A feature-length documentary film, a Pakistani-German co-production by the title Discount Workers, will have its world premiere at One World Film Festival in Prague, Czech Republic. The festival is the largest human rights film festival in the world. The film is all set to be screened on September 11 and will be in accordance with the 8th anniversary of the Baldia factory fire, that killed over 260 workers in Karachi, Pakistan.
The feature film is all set to follow the struggle of Saeeda Khatoon, Abdul Aziz and the others who lost their children in that tragic incident. The workers in that factory, Ali Enterprise, were producing clothes for the German retailer KiK. The film is co-directed by Ammar Aziz, an award-winning Pakistani filmmaker, known for his film A Walnut Tree and Christopher Patz, a German lawyer and filmmaker.
In a press release Aziz said, “Every time we tell someone about this film, the first question is if we have ‘exposed’ the alleged criminals belonging to a political party responsible for the fire. The point is that the Pakistani state, the German clothing brand KiK and the Italian auditing company RINA that, merely three weeks before the fire, awarded the factory with the international SA 8000 certificate which is supposed to guarantee occupational health and safety – all of them want to shift the responsibility entirely on the alleged criminals.”
He then went on to add, “Of course, what they did was horrendous but that’s not an excuse for you not to provide safety measures. Besides, even such a tragedy has not changed anything for thousands of other factories and informal workplaces where workers continue to lose their lives and their health deteriorates each day. The state and the European brands and audit companies must realize their criminal negligence in such cases.”
Co-director of the film, Christopher Patz shared, “Making this film we’re able to contribute to a global movement for new laws to hold companies accountable for the human rights and environmental violations taking place in their supply chains and global operations. It’s not right that people in Pakistan die making jeans for Europeans.”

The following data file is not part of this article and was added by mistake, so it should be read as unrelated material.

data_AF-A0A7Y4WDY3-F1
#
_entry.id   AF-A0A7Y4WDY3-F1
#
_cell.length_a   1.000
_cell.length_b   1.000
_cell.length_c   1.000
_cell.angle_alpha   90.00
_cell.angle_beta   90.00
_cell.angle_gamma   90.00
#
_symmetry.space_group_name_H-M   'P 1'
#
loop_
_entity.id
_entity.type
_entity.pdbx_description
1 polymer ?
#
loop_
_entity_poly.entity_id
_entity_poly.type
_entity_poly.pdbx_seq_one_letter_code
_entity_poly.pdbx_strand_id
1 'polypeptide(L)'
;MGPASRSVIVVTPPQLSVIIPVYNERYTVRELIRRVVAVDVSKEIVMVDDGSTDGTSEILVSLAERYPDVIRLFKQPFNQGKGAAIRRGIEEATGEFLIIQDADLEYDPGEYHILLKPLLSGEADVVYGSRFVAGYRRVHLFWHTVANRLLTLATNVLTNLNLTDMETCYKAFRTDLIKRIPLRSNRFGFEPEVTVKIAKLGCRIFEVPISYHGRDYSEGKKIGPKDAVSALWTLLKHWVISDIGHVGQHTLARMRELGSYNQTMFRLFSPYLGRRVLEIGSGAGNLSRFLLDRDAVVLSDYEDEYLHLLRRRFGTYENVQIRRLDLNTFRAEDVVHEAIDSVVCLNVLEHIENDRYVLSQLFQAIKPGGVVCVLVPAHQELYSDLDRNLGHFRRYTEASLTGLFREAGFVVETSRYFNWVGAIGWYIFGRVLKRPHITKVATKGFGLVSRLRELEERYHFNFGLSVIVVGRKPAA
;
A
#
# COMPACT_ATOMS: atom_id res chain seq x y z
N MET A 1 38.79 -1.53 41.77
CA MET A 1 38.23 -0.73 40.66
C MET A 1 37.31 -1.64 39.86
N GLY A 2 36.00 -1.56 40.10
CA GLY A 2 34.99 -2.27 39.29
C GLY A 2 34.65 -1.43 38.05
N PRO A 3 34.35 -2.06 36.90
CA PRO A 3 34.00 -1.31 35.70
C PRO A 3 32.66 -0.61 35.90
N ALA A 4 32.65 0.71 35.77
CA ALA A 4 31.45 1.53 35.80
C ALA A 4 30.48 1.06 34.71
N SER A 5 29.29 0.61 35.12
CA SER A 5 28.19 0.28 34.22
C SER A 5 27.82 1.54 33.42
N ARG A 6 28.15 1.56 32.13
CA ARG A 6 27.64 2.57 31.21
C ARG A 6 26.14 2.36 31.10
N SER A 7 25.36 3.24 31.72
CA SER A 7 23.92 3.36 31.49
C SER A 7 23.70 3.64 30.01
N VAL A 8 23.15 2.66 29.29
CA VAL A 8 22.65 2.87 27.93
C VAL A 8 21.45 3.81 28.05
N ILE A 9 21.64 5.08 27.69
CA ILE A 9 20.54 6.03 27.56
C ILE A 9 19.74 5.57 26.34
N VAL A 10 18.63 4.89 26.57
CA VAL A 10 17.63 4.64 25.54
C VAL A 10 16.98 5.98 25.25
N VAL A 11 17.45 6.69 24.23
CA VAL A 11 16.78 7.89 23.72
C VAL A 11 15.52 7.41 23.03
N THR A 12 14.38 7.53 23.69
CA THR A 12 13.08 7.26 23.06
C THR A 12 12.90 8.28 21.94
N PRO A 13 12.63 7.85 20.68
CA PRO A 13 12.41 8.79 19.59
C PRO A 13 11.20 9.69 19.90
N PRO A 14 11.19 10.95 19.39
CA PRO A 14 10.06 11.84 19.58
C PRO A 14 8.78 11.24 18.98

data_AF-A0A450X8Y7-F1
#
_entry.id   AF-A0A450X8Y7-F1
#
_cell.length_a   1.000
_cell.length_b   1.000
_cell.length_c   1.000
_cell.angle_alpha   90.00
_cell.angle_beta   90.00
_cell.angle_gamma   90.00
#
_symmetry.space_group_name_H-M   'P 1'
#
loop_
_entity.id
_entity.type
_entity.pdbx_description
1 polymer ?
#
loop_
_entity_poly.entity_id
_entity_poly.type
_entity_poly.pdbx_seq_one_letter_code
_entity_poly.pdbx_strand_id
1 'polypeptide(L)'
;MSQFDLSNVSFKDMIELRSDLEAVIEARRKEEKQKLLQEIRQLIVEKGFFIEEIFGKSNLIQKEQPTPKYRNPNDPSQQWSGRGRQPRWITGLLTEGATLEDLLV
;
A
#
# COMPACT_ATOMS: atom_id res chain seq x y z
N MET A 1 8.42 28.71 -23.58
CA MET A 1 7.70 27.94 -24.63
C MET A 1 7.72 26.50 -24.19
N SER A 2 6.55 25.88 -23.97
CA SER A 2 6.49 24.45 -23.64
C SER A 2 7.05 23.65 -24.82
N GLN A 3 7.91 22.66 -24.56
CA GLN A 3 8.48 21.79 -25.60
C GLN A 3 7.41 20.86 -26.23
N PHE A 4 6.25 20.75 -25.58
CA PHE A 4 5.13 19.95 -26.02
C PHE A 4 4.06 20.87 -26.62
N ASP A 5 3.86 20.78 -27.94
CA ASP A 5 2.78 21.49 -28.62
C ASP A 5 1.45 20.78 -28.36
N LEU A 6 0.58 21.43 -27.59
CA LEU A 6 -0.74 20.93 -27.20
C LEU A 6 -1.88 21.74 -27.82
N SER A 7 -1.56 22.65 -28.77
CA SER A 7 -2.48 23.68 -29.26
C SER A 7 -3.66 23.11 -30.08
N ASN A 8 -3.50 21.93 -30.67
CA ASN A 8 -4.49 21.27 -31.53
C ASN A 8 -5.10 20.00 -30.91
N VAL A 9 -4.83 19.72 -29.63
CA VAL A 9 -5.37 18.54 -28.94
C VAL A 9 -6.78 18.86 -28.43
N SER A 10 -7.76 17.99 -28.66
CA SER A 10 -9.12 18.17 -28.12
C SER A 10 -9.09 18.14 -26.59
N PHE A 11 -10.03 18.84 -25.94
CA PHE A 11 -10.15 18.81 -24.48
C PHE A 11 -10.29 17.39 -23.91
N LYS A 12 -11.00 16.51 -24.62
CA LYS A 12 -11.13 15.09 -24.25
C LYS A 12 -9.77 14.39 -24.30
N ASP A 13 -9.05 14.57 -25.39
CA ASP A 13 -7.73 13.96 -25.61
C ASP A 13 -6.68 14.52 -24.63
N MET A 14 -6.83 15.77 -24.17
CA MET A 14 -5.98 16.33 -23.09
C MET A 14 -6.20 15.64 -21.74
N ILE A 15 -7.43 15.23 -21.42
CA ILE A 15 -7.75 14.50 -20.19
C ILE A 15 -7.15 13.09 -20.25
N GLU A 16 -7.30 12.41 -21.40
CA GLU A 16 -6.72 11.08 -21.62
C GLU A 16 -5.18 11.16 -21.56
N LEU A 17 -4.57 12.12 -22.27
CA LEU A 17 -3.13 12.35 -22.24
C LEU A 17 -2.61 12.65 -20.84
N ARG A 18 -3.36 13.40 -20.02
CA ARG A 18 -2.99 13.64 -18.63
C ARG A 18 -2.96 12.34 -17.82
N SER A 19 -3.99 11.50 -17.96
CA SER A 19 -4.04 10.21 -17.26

“Now new laws are being demanded by civil society all over Europe, in order to hold corporations to account, and to ensure that overseas workers and communities can use courts in Europe to get justice. This is one of so many similar stories, and we hope and trust it will inspire European citizens to keep pressuring their parliaments to do the right thing so that we don’t keep having to buy products made with such heinous human suffering,” he went on to add.
Further, Veronika Janatkova, the Czech producer of the film noted, “We read discussions and articles on global supply chain almost every day. Amid this ongoing debate, the focus of the majority is usually somewhere else: on productivity and effectiveness and how to produce quicker and cheaper than ever before, with the price falling down. Most affected are the ones at the end of the production chain. When I got to know about the Baldia Association, it opened a new perspective to me.”
She asserted that this was the time to change. “This initiative, formed by the most vulnerable, is taking a powerful action and aims to shift the paradigm. The unlikely heroes point out the broken procedures and work on bringing the corporations to the court to hold them accountable and take the responsibility. By making this film we want to support the fight for justice in global supply chain.”
The film will first be screened in two different theaters of Prague, and is all set to have its German premiere at Berlin Human Rights Film Festival in October. The Pakistani premier was supposed to take place on the anniversary of the fire this year in Karachi but hass been postponed because of the Coronavirus pandemic.